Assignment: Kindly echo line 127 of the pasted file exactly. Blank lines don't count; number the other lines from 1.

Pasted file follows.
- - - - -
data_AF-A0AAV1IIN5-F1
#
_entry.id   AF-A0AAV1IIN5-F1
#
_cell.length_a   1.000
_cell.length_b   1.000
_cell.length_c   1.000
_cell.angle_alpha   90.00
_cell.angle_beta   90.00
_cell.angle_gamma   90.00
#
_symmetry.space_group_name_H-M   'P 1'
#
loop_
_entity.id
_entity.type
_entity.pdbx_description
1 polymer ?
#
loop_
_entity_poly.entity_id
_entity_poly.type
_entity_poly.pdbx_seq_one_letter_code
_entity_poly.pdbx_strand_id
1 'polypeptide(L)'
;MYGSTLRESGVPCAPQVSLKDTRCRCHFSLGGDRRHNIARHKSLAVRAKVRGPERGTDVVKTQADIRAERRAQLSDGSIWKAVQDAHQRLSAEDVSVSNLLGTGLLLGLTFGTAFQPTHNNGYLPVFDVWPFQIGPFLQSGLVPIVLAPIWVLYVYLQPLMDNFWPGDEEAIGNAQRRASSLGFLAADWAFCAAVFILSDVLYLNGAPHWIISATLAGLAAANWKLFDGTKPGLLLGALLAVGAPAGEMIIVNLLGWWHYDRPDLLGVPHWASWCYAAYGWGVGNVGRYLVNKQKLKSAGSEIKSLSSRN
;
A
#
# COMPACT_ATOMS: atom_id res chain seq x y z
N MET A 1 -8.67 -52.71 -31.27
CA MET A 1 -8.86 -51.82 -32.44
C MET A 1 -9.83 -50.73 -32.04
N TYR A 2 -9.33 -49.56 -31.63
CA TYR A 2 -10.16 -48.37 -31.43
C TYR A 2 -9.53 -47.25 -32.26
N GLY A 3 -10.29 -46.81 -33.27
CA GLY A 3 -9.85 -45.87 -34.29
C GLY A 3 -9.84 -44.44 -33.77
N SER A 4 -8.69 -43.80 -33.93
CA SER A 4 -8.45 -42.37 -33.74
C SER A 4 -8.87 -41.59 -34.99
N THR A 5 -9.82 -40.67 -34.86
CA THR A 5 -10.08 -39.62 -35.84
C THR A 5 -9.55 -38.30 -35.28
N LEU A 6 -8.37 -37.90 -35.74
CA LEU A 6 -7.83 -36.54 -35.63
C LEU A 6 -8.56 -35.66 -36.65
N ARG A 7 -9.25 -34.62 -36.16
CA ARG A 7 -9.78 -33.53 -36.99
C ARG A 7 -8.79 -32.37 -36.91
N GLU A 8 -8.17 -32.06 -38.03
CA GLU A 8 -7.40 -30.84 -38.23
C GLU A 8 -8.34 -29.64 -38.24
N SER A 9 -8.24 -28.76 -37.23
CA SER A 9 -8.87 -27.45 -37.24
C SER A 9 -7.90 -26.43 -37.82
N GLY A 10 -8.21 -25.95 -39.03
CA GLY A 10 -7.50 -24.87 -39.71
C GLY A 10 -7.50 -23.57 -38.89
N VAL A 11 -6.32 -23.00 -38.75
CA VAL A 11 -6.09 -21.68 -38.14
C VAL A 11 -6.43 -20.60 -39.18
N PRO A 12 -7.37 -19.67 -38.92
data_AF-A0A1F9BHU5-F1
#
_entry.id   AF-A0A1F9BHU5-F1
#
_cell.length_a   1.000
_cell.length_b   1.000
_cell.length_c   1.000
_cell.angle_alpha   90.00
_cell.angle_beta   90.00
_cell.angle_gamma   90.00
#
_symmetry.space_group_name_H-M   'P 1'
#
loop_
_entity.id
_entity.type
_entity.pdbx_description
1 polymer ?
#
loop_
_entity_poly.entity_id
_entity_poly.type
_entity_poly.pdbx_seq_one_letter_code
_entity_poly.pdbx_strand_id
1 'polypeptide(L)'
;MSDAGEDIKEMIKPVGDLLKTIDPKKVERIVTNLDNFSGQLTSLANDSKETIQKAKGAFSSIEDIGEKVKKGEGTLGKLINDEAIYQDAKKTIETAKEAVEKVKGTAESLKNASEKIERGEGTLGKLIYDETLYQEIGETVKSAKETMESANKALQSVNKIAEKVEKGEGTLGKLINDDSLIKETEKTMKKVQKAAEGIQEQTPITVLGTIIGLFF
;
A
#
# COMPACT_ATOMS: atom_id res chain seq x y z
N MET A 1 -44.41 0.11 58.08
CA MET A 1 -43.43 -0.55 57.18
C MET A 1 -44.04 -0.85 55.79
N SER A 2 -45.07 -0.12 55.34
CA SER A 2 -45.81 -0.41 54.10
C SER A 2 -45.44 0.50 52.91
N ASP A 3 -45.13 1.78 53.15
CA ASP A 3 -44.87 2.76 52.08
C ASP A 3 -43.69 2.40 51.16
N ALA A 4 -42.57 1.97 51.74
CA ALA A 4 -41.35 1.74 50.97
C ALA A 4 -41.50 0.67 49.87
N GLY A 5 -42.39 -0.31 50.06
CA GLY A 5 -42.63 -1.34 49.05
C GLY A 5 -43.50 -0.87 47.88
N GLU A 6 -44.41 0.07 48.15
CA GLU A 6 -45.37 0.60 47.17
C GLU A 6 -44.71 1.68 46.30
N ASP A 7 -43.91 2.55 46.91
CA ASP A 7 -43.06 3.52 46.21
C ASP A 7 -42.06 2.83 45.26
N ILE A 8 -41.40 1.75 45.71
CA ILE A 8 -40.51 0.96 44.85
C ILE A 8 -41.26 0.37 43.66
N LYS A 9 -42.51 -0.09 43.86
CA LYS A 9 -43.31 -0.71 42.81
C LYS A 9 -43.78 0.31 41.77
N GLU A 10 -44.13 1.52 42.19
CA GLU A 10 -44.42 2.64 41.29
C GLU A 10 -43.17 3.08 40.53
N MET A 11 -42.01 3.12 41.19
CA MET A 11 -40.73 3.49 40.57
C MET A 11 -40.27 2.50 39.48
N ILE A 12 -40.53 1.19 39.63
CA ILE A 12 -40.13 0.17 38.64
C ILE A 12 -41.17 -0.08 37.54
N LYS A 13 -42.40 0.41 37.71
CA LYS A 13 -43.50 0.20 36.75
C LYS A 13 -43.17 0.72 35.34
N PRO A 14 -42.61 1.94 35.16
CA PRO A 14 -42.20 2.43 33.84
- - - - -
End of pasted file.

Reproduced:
C MET A 11 -40.27 2.50 39.48